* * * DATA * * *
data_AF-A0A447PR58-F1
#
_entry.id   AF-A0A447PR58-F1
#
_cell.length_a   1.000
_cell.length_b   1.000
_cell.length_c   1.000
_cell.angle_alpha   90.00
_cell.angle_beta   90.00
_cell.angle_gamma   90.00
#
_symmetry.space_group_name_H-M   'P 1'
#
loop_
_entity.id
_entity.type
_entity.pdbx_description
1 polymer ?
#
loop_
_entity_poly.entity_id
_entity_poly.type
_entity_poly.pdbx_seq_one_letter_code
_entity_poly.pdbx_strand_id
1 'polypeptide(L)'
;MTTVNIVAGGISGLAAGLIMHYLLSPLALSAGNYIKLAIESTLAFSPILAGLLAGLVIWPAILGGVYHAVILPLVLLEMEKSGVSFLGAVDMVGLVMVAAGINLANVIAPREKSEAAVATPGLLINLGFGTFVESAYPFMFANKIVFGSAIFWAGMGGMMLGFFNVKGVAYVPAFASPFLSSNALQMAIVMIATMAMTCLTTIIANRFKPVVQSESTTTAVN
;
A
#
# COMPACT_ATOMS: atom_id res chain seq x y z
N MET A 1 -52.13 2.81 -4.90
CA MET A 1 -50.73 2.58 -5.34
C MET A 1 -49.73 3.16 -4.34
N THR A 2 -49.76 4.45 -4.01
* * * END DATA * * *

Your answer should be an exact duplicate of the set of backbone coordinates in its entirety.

data_AF-A0A447PR58-F1
#
_entry.id   AF-A0A447PR58-F1
#
_cell.length_a   1.000
_cell.length_b   1.000
_cell.length_c   1.000
_cell.angle_alpha   90.00
_cell.angle_beta   90.00
_cell.angle_gamma   90.00
#
_symmetry.space_group_name_H-M   'P 1'
#
loop_
_entity.id
_entity.type
_entity.pdbx_description
1 polymer ?
#
loop_
_entity_poly.entity_id
_entity_poly.type
_entity_poly.pdbx_seq_one_letter_code
_entity_poly.pdbx_strand_id
1 'polypeptide(L)'
;MTTVNIVAGGISGLAAGLIMHYLLSPLALSAGNYIKLAIESTLAFSPILAGLLAGLVIWPAILGGVYHAVILPLVLLEMEKSGVSFLGAVDMVGLVMVAAGINLANVIAPREKSEAAVATPGLLINLGFGTFVESAYPFMFANKIVFGSAIFWAGMGGMMLGFFNVKGVAYVPAFASPFLSSNALQMAIVMIATMAMTCLTTIIANRFKPVVQSESTTTAVN
;
A
#
# COMPACT_ATOMS: atom_id res chain seq x y z
N MET A 1 -52.13 2.81 -4.90
CA MET A 1 -50.73 2.58 -5.34
C MET A 1 -49.73 3.16 -4.34
N THR A 2 -49.76 4.45 -4.01